Traditional media publishers use visual cues and presentation conventions to help readers distinguish objective news reporting from columns, analysis, perspective and other forms of opinion. These signals and indicators are either absent or poorly substituted on Google News.

Moreover, if a reader selects an article with the expectation that it is news and realizes the article is biased, they may feel deceived and misplace the blame on the publisher of the article rather than the distributor, who was responsible for misrepresenting the article. This reduces trust in legitimate journalistic institutions and factual reporting. 

Worse, Google News’ practices indiscriminately rewards agenda-driven publishers and objective journalists alike. This incentive system erodes the quality of online content and promotes misinformation and disinformation that is intentionally created to deceive.

Google could easily fix this

When Google launched Google News in 2002 and became an aggregator and distributor of news, they inherited responsibilities previously held by the news outlets from which they scraped the headlines. But they have not assumed those responsibilities nor have they been held accountable for those responsibilities.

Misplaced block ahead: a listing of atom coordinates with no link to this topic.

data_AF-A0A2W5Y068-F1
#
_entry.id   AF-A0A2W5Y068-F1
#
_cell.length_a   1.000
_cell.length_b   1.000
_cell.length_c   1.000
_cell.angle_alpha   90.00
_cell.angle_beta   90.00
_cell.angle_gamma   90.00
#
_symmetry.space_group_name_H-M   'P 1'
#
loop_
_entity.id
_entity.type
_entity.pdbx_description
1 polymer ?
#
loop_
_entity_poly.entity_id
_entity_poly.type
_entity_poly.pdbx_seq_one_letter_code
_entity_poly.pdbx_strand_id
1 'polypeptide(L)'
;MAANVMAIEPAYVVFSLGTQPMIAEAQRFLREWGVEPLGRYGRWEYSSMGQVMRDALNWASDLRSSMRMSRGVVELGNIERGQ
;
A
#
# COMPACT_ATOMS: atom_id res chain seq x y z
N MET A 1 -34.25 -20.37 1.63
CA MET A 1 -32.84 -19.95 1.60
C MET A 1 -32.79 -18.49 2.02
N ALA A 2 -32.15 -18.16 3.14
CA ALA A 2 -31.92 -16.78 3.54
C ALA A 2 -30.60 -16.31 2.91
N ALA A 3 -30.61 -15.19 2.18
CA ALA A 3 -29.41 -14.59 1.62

Now it’s time. For the sake of all of us, Google News needs to clean up its product.

There are some steps they could take that would make a difference:

  1. Segregate opinion in its own section.
    • They already have separate sections for other categories of content (sports, entertainment, business, etc.). They should do the same for opinion and biased content (e.g. perspectives, editorials, reviews, etc.)
    • They should only put opinion in the opinion section and only put news in the ‘headlines’ (news) section. No more mingling the two.
    • Present only the best examples of news and the best examples of opinion. Articles that blur the lines between opinion and news should not be selected.
  2. More accurately identify opinion and strongly biased content.
    • Trustium has demonstrated, it is possible to use machine learning to identify linguistic patterns and classify content by its qualitative characteristics such as sentiment, bias and other factors of credibility. Google should implement the use of this technology in concert with journalists to improve their news product.
  3. Provide more effective visual indicators to ensure readers know what they are about to read.
    • Google News needs to increase the visibility of the inconspicuous tag currently used to identify opinion, at a minimum.
    • They should consider the use of intuitively-colored icons next to headlines that are more salient to readers who skim and scan the page. Such a feature is available through Trustium’s browser extension (shown below) and can signal to the reader if the content is high-quality or if it warrants more critical thinking or even avoidance.
Indicators that are more visually accessible, placed in front of the headline, would make it easier for news consumers to notice when scanning the page and browsing headlines.

As long as Google News maintains the current practices, they are contributing to the mistrust of the very media sources that provide their news and enabling the growing divide in America.

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Author: Bill Skeet

Head of Product